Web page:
Udaipur to Kumbhalgarh

After a second night sleeping on my window sill at Karohi Haveli I awoke to the sound of small children chanting in the temple outside the bedroom window. We sorted our cases for the onward journey and had breakfast before taking a few photos around the hotel as all the detail was so lovely.

The lock to bedroom 304
Floating flowers
Courtyard Karohi Haveli

We had a an hour or so before we needed to leave so we decided to walk back into the old city to try our luck at haggling with those “aggressive” shopkeepers. Jackie declared herself equal to the task. I spotted a couple of scarves that I liked outside one shop but at 600 rupees each they seemed quite expensive so we walked further on up on the road. At this point Jacquie said that she thought she had spotted chatty man, Alan Carr which seemed rather bizarre. We didn’t anticipate that Jackie would head over to stalk him before finally accosting him and asking if he was ‘that British comedian?’ When, like a good sport, he agreed that he was, she said, ‘ what’s your name again?!’ Mortifying! He was really lovely and it turned out that he actually recognised us as he had been on the plane to Udaipur with the screaming woman. That’s a whole new comedy routine for him right there. He was happy to have a photo taken with us and didn’t even charge us 20 rupees. He was somewhat taken aback when Jackie took a selfie with her digital camera though!

Jackie stalking poor Alan Carr
With chatty man, Alan Carr in Udaipur

After that excitement there was nothing more to do but shop. We bought some lovely hand paintings on silk and then went back to the shop where we had earlier rejected the scarves as being too expensive. Twenty minutes or so later, Jacquie and I owned more scarves but he had refused to sell to Jackie as he considered her so rude that he didn’t want her to buy from his shop. Hilarious!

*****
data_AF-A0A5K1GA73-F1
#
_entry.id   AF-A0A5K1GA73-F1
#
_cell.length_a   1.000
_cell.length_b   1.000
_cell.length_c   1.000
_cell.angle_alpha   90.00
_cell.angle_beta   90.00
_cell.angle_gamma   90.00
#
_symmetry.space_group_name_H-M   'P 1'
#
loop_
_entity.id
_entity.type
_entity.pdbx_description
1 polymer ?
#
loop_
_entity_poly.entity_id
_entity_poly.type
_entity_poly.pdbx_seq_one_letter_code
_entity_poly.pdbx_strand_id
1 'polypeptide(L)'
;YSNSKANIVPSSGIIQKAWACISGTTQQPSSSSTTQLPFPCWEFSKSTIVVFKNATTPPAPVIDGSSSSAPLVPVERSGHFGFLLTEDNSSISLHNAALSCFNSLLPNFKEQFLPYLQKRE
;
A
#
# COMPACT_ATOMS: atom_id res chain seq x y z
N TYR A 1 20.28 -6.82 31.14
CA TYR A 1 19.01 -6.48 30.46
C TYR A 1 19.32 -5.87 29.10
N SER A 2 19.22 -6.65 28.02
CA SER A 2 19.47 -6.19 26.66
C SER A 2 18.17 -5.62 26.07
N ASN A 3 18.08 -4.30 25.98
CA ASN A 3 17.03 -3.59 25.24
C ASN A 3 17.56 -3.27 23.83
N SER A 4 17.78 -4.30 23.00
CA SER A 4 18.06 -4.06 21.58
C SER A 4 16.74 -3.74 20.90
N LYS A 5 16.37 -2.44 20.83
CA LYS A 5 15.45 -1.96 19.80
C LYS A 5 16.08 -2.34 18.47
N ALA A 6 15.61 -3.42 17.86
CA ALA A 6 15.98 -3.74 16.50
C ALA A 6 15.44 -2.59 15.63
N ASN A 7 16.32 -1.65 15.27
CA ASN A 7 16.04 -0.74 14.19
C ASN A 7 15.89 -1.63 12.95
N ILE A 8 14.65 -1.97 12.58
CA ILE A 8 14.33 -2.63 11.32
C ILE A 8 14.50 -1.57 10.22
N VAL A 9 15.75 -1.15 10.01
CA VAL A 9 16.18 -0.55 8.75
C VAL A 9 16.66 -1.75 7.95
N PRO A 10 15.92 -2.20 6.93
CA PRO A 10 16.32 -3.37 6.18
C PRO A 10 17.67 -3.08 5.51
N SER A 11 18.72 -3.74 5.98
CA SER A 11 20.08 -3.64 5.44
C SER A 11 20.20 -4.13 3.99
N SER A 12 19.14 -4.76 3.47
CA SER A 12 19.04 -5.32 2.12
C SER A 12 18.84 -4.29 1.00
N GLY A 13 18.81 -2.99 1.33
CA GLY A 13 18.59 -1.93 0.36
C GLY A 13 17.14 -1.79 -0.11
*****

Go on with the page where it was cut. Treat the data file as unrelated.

We checked out from Karohi Haveli and met up with Sipi who would be our guide for the trekking stage of our trip. Piling into Chotu’s car we set off on the long car ride to Kumhalgarh. To start with the road was pretty decent but after an hour or so we turned off on to an extremely bumpy road which took us through small, dusty villages. For us it was fascinating;  women walking along with huge loads on their heads and others in bright saris working in the wheat fields.  Old men in turbans sat on their haunches on the side of the road and we passed tractors decorated with tinsel and plastic flowers and trucks which all read Horn Please on the back. Certainly all vehicles on the road seemed to oblige.



Around 2pm we finally arrived at Dera Kumbhalgarh which seemed pretty deserted. Our room was perfectly adequate although somewhat lacking in any character or a third bed for that matter. We were assured that one would be arriving but Jackie decided that she would probably be able to sleep on the window ledge anyway. Hmmm.

After lunch we headed up the road to Kumhalgarh Fort, reportedly the second largest city wall after the Great Wall of China. It was certainly pretty impressive. Quite a climb in the heat though and I’m pretty sure I wasn’t the only one who struggled up wondering whether I was really fit enough to manage the trek the next day. Definitely regretted wearing my scarf. Still we pressed on as we weren’t going to be beaten by old women in full length saris and young girls in flip flops or even high heels!

Kumbalgarh Fort – a long way up

In the forest green relaxing room
The great wall of Kumbhalgarh Fort
Sipi showing us our trekking route for the next day


Feeling a little scared – it’s a long way down


David Bailey, eat your heart out

The fort was impressive but very austere and bare and there were certainly no health and safety precautions. One young guy had climbed up on the ramparts, with a drop of hundreds of feet below him, in order to take the perfect selfie. We had a funny moment when someone showed me their camera and I thought they wanted me to take a photo of them. Turned out they wanted a photo with me in it. Perhaps I should have charged them 20 rupees!

With my new friends

Back down from the fort we visited a hindu temple where Jacquie and I were given a sandalwood blessing and a bell was rung to open our souls. It was actually quite spiritual.

Feeling spiritual after our Hindi blessing

We skipped the light and sound show as it was only in hindi and headed back to Dera for dinner. We asked whether we would be able to have wine with dinner. It was but it turned out someone had to drive 7km to get it!

Jackie safely tucked up on her window ledge. Night night

Tomorrow, our trek begins…….










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